Russia’s Sputnik V vaccine was 91.6% effective in preventing people from developing COVID-19, according to peer-reviewed results from its late-stage clinical trial published in The Lancent international medical journal on Tuesday.
Scientists said the Phase III trial results meant the world had another effective weapon to fight the deadly pandemic and justified to some extent Moscow’s decision to roll out the vaccine before final data had been released.
The results, collated by the Gamaleya Institute in Moscow that developed and tested the vaccine, were in line with efficacy data reported at earlier stages of the trial, which has been running in Moscow since September.
“The development of the Sputnik V vaccine has been criticized for unseemly haste, corner cutting, and an absence of transparency,” Professor Ian Jones of the University of Reading and Professor Polly Roy, of the London School of Hygiene & Tropical Medicine, said in a comment shared by The Lancet.
“But the outcome reported here is clear and the scientific principle of vaccination is demonstrated,” said the scientists, who were not involved in the study. “Another vaccine can now join the fight to reduce the incidence of COVID-19.”
The results were based on data from 19,866 volunteers, of whom a quarter received a placebo, the researchers, led by the Gamaleya Institute’s Denis Logunov, said in The Lancet.
Since the trial in Moscow began, there were 16 recorded cases of symptomatic COVID-19 among people who received the vaccine, and 62 among the placebo group, the scientists said.
This showed that a two-dose regimen of the vaccine – two shots based on two different adenovirus vectors, administered 21 days apart – was 91.6% effective against symptomatic COVID-19.
‘RUSSIA WAS RIGHT’
Russia approved the vaccine in August, before the large-scale trial had begun, saying it was the first country to do so for a COVID-19 shot. It named it Sputnik V, in homage to the world’s first satellite, launched by the Soviet Union.
Small numbers of frontline health workers began receiving it soon after and a large-scale roll out started in December, though access was limited to those in specific professions, such as teachers, medical workers and journalists.
In January, the vaccine was offered to all Russians.
“Russia was right all along,” Kirill Dmitriev, head of the Russian Direct Investment Fund (RDIF), which is responsible for marketing the vaccine abroad, told reporters ahead of the publication of the results on Tuesday.
He said they supported Russia’s decision to begin administering Sputnik V to frontline workers while the trial was still underway, and suggested skepticism of such moves was politically motivated.
“The Lancet did very unbiased work despite some of the political pressures that may have been out there,” he said.
The number of people vaccinated in Russia has remained low so far. Authorities have pointed to some early issues with scaling up production, while polls have shown low demand among Russians for the vaccine.
Russia has already shared data from its Phase III trial with regulators in several countries and has begun the process of submitting it to the European Medicines Agency (EMA) for approval in the European Union, Dmitriev said.
The data release comes as Europe scrambles to secure enough shots for its 450 million citizens due to production cuts by AstraZeneca and Pfizer while the U.S. roll-out has been hampered by the need to store shots in ultra-cold freezers and uneven planning across states.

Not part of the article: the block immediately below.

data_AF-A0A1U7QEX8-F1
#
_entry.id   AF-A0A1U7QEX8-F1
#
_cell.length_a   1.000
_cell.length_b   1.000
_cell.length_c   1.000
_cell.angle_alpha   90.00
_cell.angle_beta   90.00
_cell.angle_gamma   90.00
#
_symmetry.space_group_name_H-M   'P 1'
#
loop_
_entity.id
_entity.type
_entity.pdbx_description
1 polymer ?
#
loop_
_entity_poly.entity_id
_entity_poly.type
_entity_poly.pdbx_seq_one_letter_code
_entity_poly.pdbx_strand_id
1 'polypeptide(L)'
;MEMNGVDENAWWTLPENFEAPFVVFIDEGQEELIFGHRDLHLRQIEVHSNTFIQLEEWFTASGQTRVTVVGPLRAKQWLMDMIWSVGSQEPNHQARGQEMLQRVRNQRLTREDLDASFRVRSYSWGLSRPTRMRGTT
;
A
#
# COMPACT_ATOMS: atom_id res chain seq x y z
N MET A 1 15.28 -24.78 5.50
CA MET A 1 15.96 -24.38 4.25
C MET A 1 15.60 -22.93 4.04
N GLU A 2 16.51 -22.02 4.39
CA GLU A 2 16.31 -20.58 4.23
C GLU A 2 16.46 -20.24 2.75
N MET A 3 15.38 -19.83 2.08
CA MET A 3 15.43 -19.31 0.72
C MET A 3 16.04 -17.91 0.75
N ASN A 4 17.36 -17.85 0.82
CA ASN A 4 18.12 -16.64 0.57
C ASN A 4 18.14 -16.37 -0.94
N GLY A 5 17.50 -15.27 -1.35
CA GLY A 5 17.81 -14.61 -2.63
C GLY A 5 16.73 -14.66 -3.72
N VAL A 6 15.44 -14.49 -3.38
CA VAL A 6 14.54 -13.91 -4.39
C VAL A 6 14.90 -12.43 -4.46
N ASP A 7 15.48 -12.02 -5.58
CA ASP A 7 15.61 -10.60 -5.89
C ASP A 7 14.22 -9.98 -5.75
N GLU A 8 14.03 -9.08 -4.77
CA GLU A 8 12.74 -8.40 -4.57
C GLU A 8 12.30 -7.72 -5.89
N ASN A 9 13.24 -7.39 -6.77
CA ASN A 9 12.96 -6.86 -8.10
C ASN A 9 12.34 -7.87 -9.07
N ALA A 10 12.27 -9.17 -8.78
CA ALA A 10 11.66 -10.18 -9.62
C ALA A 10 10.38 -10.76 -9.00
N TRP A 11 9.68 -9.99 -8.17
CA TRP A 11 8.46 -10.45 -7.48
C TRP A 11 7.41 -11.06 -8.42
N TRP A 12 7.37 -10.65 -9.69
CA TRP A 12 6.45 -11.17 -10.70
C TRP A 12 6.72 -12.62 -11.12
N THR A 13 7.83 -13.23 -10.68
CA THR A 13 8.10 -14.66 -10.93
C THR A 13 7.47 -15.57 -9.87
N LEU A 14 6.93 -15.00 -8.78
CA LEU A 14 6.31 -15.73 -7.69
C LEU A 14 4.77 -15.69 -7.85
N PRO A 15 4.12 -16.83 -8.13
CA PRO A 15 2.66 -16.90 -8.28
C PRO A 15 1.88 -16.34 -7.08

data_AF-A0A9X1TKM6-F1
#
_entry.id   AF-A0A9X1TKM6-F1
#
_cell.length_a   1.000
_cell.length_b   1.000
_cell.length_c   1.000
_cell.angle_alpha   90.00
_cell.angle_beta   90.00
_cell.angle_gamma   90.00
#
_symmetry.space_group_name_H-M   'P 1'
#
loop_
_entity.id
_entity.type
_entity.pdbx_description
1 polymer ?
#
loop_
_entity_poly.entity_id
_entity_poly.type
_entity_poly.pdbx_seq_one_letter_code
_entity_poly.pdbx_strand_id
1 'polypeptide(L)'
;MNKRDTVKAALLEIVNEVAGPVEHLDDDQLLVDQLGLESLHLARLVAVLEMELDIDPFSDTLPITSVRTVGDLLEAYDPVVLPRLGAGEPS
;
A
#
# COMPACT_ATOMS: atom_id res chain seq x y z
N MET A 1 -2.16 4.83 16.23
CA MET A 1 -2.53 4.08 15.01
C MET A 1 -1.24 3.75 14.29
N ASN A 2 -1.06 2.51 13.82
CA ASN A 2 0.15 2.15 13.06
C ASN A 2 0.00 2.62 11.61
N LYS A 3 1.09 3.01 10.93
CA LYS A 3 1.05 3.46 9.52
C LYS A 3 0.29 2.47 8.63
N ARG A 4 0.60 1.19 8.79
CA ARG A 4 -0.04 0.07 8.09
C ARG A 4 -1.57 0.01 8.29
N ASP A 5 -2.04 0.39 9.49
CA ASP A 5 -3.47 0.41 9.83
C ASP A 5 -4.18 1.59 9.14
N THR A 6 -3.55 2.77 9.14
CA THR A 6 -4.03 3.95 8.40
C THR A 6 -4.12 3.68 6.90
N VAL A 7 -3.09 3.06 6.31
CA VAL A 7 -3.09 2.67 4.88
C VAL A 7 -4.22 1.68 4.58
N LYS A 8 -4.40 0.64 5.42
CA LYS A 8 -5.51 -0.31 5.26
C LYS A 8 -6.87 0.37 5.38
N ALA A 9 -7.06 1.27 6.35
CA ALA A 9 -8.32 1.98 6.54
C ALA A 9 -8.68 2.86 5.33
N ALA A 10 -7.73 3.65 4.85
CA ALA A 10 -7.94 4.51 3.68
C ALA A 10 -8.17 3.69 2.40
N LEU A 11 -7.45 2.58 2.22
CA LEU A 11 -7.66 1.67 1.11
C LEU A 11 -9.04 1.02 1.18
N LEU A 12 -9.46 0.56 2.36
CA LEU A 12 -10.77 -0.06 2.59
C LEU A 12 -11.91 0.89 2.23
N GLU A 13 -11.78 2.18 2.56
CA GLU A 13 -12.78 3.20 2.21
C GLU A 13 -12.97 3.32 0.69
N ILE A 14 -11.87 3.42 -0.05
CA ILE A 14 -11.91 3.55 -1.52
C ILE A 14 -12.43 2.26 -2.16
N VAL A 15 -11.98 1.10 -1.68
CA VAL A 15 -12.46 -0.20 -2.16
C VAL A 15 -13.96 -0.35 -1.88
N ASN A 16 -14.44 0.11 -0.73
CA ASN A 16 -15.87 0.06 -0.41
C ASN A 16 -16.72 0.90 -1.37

EFFECTIVE FOR ELDERLY
There were 2,144 volunteers over 60 in the trial and the shot was shown to be 91.8% effective when tested on this older group, with no serious side-effects reported that could be associated with Sputnik V, The Lancet summary said.
The vaccine was also found to be 100% effective against moderate or severe COVID-19, as there were no such cases among the group of 78 participants who were infected and symptomatic at 21 days after the first shot was administered.
Four deaths of participants occurred, but none was considered associated with vaccination, The Lancet said.
“The efficacy looks good, including in the over 60s,” said Danny Altmann, a professor of immunology at Imperial College London. “It’s good to have another addition to the global arsenal.”
The authors of the study noted that because COVID-19 cases were only detected when participants reported symptoms, further research is needed to understand Sputnik V’s efficacy on asymptomatic cases and transmission.
Sputnik V has been approved by 15 countries, including Argentina, Hungary, and the United Arab Emirates and this will to 25 by the end of next week, the RDIF’s Dmitriev said.
The sovereign wealth fund also said vaccinations using Sputnik V will begin in a dozen countries, including Hungary, Bolivia, the United Arab Emirates, Venezuela and Iran.
However, large shipments of the shot have only been sent so far to Argentina, which has received enough doses to vaccinate about 500,000 people, and Bolivia, which received 20,000 shots.
Production for export will primarily be conducted by RDIF’s manufacturing partners abroad, the fund has said.
On Tuesday, Dmitriev said that production had begun in India and South Korea, and would launch in China this month. Trial doses have also been produced by a manufacturer in Brazil.
Russia is also conducting a small-scale clinical trial of a one-dose version of the vaccine, which developers expect to have an efficacy rate of 73% to 85%. (Additional reporting by Kate Kelland in London; Writing by Polina Ivanova; Editing by Mark Potter and David Clarke)